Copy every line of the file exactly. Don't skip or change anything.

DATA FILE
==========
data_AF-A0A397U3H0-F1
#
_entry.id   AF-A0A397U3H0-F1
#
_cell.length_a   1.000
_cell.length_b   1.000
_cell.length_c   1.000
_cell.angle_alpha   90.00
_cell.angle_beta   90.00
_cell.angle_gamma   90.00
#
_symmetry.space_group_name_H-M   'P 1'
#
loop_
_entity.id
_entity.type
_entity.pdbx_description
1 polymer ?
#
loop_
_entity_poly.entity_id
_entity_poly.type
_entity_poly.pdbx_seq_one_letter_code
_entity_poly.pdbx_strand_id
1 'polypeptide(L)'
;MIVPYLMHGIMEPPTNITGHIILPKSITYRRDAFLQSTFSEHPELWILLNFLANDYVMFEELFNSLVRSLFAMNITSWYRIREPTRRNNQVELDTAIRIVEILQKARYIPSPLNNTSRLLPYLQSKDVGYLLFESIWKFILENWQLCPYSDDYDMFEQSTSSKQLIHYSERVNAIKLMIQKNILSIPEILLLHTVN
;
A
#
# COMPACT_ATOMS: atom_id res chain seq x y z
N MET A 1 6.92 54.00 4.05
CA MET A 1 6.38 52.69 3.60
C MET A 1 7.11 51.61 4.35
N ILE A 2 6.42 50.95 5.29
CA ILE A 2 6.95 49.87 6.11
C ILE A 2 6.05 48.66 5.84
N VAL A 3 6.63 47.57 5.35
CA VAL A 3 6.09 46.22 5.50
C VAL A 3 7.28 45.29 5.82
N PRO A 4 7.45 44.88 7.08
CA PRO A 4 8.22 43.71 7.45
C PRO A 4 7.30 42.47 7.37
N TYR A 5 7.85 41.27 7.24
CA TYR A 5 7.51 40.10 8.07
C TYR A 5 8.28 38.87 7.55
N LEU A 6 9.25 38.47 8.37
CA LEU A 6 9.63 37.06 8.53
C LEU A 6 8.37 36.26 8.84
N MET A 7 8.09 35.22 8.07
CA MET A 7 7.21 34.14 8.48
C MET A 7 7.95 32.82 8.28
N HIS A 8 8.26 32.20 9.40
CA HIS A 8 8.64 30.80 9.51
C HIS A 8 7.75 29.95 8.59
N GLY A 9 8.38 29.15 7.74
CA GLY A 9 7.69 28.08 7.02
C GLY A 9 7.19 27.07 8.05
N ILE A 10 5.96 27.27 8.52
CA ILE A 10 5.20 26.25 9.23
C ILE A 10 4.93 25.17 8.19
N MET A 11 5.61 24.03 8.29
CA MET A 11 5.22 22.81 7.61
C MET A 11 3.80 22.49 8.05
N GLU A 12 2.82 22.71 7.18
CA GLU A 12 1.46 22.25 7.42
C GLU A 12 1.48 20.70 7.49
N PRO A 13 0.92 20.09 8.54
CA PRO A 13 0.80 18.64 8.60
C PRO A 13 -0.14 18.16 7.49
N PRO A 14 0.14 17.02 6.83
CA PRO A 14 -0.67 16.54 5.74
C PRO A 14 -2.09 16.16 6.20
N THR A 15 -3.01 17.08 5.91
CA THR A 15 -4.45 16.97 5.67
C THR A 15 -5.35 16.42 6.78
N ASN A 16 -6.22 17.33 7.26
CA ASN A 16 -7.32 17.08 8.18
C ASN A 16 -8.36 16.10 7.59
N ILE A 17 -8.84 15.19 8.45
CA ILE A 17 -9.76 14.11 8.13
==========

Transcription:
data_AF-A0A397U3H0-F1
#
_entry.id   AF-A0A397U3H0-F1
#
_cell.length_a   1.000
_cell.length_b   1.000
_cell.length_c   1.000
_cell.angle_alpha   90.00
_cell.angle_beta   90.00
_cell.angle_gamma   90.00
#
_symmetry.space_group_name_H-M   'P 1'
#
loop_
_entity.id
_entity.type
_entity.pdbx_description
1 polymer ?
#
loop_
_entity_poly.entity_id
_entity_poly.type
_entity_poly.pdbx_seq_one_letter_code
_entity_poly.pdbx_strand_id
1 'polypeptide(L)'
;MIVPYLMHGIMEPPTNITGHIILPKSITYRRDAFLQSTFSEHPELWILLNFLANDYVMFEELFNSLVRSLFAMNITSWYRIREPTRRNNQVELDTAIRIVEILQKARYIPSPLNNTSRLLPYLQSKDVGYLLFESIWKFILENWQLCPYSDDYDMFEQSTSSKQLIHYSERVNAIKLMIQKNILSIPEILLLHTVN
;
A
#
# COMPACT_ATOMS: atom_id res chain seq x y z
N MET A 1 6.92 54.00 4.05
CA MET A 1 6.38 52.69 3.60
C MET A 1 7.11 51.61 4.35
N ILE A 2 6.42 50.95 5.29
CA ILE A 2 6.95 49.87 6.11
C ILE A 2 6.05 48.66 5.84
N VAL A 3 6.63 47.57 5.35
CA VAL A 3 6.09 46.22 5.50
C VAL A 3 7.28 45.29 5.82
N PRO A 4 7.45 44.88 7.08
CA PRO A 4 8.22 43.71 7.45
C PRO A 4 7.30 42.47 7.37
N TYR A 5 7.85 41.27 7.24
CA TYR A 5 7.51 40.10 8.07
C TYR A 5 8.28 38.87 7.55
N LEU A 6 9.25 38.47 8.37
CA LEU A 6 9.63 37.06 8.53
C LEU A 6 8.37 36.26 8.84
N MET A 7 8.09 35.22 8.07
CA MET A 7 7.21 34.14 8.48
C MET A 7 7.95 32.82 8.28
N HIS A 8 8.26 32.20 9.40
CA HIS A 8 8.64 30.80 9.51
C HIS A 8 7.75 29.95 8.59
N GLY A 9 8.38 29.15 7.74
CA GLY A 9 7.69 28.08 7.02
C GLY A 9 7.19 27.07 8.05
N ILE A 10 5.96 27.27 8.52
CA ILE A 10 5.20 26.25 9.23
C ILE A 10 4.93 25.17 8.19
N MET A 11 5.61 24.03 8.29
CA MET A 11 5.22 22.81 7.61
C MET A 11 3.80 22.49 8.05
N GLU A 12 2.82 22.71 7.18
CA GLU A 12 1.46 22.25 7.42
C GLU A 12 1.48 20.70 7.49
N PRO A 13 0.92 20.09 8.54
CA PRO A 13 0.80 18.64 8.60
C PRO A 13 -0.14 18.16 7.49
N PRO A 14 0.14 17.02 6.83
CA PRO A 14 -0.67 16.54 5.74
C PRO A 14 -2.09 16.16 6.20
N THR A 15 -3.01 17.08 5.91
CA THR A 15 -4.45 16.97 5.67
C THR A 15 -5.35 16.42 6.78
N ASN A 16 -6.22 17.33 7.26
CA ASN A 16 -7.32 17.08 8.18
C ASN A 16 -8.36 16.10 7.59
N ILE A 17 -8.84 15.19 8.45
CA ILE A 17 -9.76 14.11 8.13